Cinco de Mayo – A Celebration of Mexican Culture

The recognition of Cinco de Mayo has its roots in Mexico’s victory over French forces on May 5, 1862, at the Battle of Puebla. France, at the time ruled by Napoleon III (the nephew of Napolean Bonaparte) sought to establish an empire in Mexico in order to extend French influence into the Americas.

As the heavily armed French troops approached the small town of Puebla, they anticipated an easy victory over the poorly equipped Mexican soldiers. But the small group of Mexican soldiers managed to defend the town from the French assault despite being outnumbered by more than two to one.  While the battle did not end the war, it became a rallying point for Mexican resistance against the French invasion.

In modern times, Cinco de Mayo is recognized primarily as a celebration of Mexican-American culture. Cinco de Mayo grew primarily in the United States – first in California, and eventually spreading across many cities with large Mexican-American communities throughout the United States. In 2005, Cinco de Mayo was officially recognized by Congress by the passage of a resolution recognizing the historical significance of Cinco de Mayo and calling upon the President issue a proclamation calling upon the people of the United States to observe Cinco de Mayo with appropriate ceremonies and activities.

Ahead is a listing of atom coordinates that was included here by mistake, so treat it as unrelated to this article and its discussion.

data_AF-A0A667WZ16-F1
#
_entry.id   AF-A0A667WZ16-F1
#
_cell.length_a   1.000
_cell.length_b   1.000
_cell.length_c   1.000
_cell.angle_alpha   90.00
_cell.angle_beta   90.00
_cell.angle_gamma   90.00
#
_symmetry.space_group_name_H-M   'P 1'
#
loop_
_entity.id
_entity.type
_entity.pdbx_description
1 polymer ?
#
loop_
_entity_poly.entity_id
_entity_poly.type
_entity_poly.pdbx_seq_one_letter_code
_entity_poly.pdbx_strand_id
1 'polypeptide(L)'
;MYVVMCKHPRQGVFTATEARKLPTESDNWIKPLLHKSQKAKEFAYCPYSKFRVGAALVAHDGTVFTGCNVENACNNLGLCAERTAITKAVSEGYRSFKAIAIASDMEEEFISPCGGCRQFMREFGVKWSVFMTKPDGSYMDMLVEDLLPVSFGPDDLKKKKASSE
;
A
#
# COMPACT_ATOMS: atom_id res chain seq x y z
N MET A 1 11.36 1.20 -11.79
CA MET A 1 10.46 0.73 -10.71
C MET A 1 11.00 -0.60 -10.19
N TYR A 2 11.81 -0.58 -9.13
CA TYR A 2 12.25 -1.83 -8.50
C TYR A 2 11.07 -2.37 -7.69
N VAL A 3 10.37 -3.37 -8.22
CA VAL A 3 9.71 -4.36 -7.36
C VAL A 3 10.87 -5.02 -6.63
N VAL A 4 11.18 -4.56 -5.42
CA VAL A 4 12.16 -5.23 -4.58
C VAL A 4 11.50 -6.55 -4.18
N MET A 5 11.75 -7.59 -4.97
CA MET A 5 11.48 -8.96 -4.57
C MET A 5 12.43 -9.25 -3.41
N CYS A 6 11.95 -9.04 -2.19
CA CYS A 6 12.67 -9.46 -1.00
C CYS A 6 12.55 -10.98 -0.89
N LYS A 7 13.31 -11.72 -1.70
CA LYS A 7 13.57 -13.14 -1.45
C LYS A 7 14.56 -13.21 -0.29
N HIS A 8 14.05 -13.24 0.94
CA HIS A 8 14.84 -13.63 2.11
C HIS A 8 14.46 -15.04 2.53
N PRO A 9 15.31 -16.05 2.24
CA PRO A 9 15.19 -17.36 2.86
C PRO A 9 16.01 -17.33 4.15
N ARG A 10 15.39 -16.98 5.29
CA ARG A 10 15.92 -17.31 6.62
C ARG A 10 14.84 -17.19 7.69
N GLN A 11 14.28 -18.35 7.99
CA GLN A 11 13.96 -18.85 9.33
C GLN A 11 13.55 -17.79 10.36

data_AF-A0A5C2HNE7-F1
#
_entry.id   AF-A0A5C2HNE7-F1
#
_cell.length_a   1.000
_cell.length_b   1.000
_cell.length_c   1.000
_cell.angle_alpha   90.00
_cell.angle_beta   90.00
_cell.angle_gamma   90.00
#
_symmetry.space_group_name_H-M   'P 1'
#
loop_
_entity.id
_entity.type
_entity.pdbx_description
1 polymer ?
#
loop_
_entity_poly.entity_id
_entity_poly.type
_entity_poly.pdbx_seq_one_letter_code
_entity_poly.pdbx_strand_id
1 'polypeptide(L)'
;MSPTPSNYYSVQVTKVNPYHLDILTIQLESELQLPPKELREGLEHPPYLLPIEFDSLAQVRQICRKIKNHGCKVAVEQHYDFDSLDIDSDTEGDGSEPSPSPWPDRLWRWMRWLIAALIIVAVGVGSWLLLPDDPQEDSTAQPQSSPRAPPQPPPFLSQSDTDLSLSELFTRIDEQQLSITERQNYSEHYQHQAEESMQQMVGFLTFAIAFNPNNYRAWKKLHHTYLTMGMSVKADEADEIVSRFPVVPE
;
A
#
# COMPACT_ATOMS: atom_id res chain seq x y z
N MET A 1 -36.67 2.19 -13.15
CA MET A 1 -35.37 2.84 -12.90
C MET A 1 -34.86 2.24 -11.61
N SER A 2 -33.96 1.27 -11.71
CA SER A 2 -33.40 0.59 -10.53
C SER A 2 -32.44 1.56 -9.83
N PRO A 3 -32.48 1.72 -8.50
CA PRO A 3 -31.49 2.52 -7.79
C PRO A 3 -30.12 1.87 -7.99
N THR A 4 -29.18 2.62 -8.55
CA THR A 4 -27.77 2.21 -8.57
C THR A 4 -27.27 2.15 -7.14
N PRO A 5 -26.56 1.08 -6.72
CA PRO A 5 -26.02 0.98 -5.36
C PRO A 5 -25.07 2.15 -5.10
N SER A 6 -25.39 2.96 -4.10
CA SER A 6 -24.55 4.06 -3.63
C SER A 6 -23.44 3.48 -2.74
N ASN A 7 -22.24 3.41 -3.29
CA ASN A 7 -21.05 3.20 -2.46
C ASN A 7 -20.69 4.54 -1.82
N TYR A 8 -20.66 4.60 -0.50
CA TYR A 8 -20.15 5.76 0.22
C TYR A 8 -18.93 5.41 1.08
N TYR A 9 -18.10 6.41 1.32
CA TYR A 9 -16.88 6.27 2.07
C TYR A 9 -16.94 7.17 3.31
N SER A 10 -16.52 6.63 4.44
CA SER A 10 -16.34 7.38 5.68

Although Cinco de Mayo is not a national holiday in Mexico, it is still officially recognized in the city of Puebla, where it is commemorated with a parade and historical reenactments of the battle with participants dressed as French and Mexican soldiers.

Cinco de Mayo is a great opportunity to appreciate Mexican culture especially Mexican food, clothing and music. Mole poblano, a traditional dish that originated from the City of Puebla is traditionally served on Cinco de Mayo.

Mole poblano is traditionally made with dried chilies, nuts, tortillas, Mexican chocolate and other ingredients.

Those who take place in Cinco de Mayo celebrations will also likely be treated to baile folklórico, or traditional Mexican folk dancing, featuring women in a variety of colorful dresses.

At many Cinco de Mayo celebrations you will hear mariachi music from a mariachi band dressed in their iconic black and white uniforms and large sombreros.

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